A thing is one thing that is many things. I am father, lover, pervert, sweet, nasty, brand consultant, critic, writer, blogger of philosophy, would-be adult, man, adolescent, frustrated driver — often all at once, sometimes one more than another.
We are run through with ways of going that exceed us, crisscrossed with flows of culture, blood, history, image, desire, disease, ideas, fears, anxieties, needs, dreams, and drugs.
The weather in San Francisco changes frequently. And with it, the moods of its citizens. Which is to say, our very private selves are environmental selves — the world, the universe, the cosmos runs through us, in us, with us at all times.
So-called Western medicine tries to isolate an ailment from its environs — treat the stomach, treat the toe, treat the mood. It then finds itself following a trail of effects — the stomach treatment changed the mood; the new mood treatment changed the kidneys; so treat the kidneys….and on it goes.
We are body but we are also mood; we are flesh and we are idea; we are blood and we are notion. The visible and invisible parts of us are marbled and cannot be separated once and for all. Things and ideas go together. This is important to understand.
We are ever changing networks (without an outside), internally and externally. These networks break down the perceived rigid lines that would separate me from the weather, me from the traffic, me from you.
The self is fundamentally ecological: it is part of an infinite system of relations, contingencies, connections, a Rube Goldberg machine of cosmic proportions.
We are multiple from the get go. This is not something to be avoided, shunned, or reduced. It is something to be celebrated and negotiated. Multiplicity is the state of things. And this is good, even if at times overwhelming and difficult. Making sense of life in all its teeming complexity should not always be easy.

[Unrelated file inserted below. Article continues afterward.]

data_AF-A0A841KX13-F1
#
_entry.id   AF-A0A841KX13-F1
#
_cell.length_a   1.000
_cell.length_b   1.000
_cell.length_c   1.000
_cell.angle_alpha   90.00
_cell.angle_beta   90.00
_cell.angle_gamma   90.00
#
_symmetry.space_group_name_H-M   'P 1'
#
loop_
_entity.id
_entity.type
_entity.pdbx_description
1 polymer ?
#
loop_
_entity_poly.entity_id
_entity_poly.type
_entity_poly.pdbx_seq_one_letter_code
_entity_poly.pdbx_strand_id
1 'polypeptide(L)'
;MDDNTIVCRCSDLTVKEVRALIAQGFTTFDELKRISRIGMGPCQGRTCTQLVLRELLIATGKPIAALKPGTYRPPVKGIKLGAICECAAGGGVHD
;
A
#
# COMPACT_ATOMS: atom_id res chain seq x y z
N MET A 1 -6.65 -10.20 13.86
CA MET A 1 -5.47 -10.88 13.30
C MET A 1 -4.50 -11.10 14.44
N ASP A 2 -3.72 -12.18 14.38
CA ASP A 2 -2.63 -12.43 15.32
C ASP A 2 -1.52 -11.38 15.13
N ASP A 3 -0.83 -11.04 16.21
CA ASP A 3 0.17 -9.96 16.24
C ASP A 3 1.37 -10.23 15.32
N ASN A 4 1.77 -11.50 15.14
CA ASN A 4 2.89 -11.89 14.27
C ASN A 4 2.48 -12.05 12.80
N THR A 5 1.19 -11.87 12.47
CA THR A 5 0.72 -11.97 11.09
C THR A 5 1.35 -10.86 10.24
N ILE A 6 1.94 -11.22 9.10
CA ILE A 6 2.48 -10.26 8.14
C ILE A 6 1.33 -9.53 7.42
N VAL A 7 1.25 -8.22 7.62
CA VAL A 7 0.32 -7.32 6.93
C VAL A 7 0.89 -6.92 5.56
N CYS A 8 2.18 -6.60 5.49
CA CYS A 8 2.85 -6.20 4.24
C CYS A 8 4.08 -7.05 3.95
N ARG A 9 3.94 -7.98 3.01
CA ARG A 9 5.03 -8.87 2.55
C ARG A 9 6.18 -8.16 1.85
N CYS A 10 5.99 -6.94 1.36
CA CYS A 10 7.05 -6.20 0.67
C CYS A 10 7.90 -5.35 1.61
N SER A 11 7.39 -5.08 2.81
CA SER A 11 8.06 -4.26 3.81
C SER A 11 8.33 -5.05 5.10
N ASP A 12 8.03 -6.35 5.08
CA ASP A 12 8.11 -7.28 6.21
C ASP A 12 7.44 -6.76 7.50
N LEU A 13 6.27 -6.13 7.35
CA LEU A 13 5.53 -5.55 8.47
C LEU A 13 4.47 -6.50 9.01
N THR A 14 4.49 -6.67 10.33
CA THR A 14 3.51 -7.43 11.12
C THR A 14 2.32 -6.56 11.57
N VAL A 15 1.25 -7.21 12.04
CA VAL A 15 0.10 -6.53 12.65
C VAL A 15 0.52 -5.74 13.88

It’s not that I am sometimes this and sometimes that. It’s that I am always this, that, that, and that in ever varying degrees of intensity. This variation never stops, not for one moment, even if at times it moves very, very slowly.
But this is not to say that we are a chaos. No, each of us is a singular node of networks, a singular amalgamating of elements, ideas, bodies, gestures, moods. Each of us is a way of going, a process, infinitely becoming — a differential equation.
I want to say that each of us is a different way of assembling these things. This way is what we might call a style: each of us has his own style of putting himself together. This style emerges rather than determines. Style changes.
We are productive nodes. Each of us takes up different things in different ways at different speeds with different intensity and makes different things of them. What I do with tequila is talk; what you do with tequila is dance; what he does with tequila is vomit.
You are an assemblage point. Things and ideas and people and moods and events gather around you, gather with you. You are a local torrent of activity, a magnet for certain kinds of things — some you attract strongly, some less so, some not at all. Others, you repel. So it is with bodies: they push, pull, and ignore each other. This is the cosmos, galaxies, solar systems, marriages, friendships, diets, addictions.
You are a manner of going. You are not first yourself and then you act. You are always acting, putting yourself and your world together. Which is to say, you are fundamentally temporal.
You are not. You become. You don’t become something. You just become — always moving, always shifting, but within limits.
You are bound and you are infinite. You are forever becoming along a particular trajectory — that is determined by that trajectory (rails are rare in the universe).